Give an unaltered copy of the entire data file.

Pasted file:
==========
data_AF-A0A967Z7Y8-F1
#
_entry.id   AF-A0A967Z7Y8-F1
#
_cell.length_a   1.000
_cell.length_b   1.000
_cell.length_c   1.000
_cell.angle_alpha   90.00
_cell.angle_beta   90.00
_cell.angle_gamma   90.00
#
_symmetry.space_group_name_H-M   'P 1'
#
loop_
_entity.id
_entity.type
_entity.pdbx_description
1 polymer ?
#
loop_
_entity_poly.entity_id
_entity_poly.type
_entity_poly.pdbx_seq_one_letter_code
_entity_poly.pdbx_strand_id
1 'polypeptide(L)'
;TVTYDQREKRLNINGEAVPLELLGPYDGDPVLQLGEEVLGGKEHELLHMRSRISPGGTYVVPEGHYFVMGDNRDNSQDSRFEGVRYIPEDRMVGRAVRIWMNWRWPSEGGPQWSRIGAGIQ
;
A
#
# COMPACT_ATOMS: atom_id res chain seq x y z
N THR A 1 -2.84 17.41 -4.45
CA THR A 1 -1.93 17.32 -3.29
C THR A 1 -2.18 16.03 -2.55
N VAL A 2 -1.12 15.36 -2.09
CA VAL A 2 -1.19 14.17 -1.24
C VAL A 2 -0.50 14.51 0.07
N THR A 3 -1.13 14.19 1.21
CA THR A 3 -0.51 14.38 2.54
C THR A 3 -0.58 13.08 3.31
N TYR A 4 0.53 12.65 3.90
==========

data_AF-A0A967Z7Y8-F1
#
_entry.id   AF-A0A967Z7Y8-F1
#
_cell.length_a   1.000
_cell.length_b   1.000
_cell.length_c   1.000
_cell.angle_alpha   90.00
_cell.angle_beta   90.00
_cell.angle_gamma   90.00
#
_symmetry.space_group_name_H-M   'P 1'
#
loop_
_entity.id
_entity.type
_entity.pdbx_description
1 polymer ?
#
loop_
_entity_poly.entity_id
_entity_poly.type
_entity_poly.pdbx_seq_one_letter_code
_entity_poly.pdbx_strand_id
1 'polypeptide(L)'
;TVTYDQREKRLNINGEAVPLELLGPYDGDPVLQLGEEVLGGKEHELLHMRSRISPGGTYVVPEGHYFVMGDNRDNSQDSRFEGVRYIPEDRMVGRAVRIWMNWRWPSEGGPQWSRIGAGIQ
;
A
#
# COMPACT_ATOMS: atom_id res chain seq x y z
N THR A 1 -2.84 17.41 -4.45
CA THR A 1 -1.93 17.32 -3.29
C THR A 1 -2.18 16.03 -2.55
N VAL A 2 -1.12 15.36 -2.09
CA VAL A 2 -1.19 14.17 -1.24
C VAL A 2 -0.50 14.51 0.07
N THR A 3 -1.13 14.19 1.21
CA THR A 3 -0.51 14.38 2.54
C THR A 3 -0.58 13.08 3.31
N TYR A 4 0.53 12.65 3.90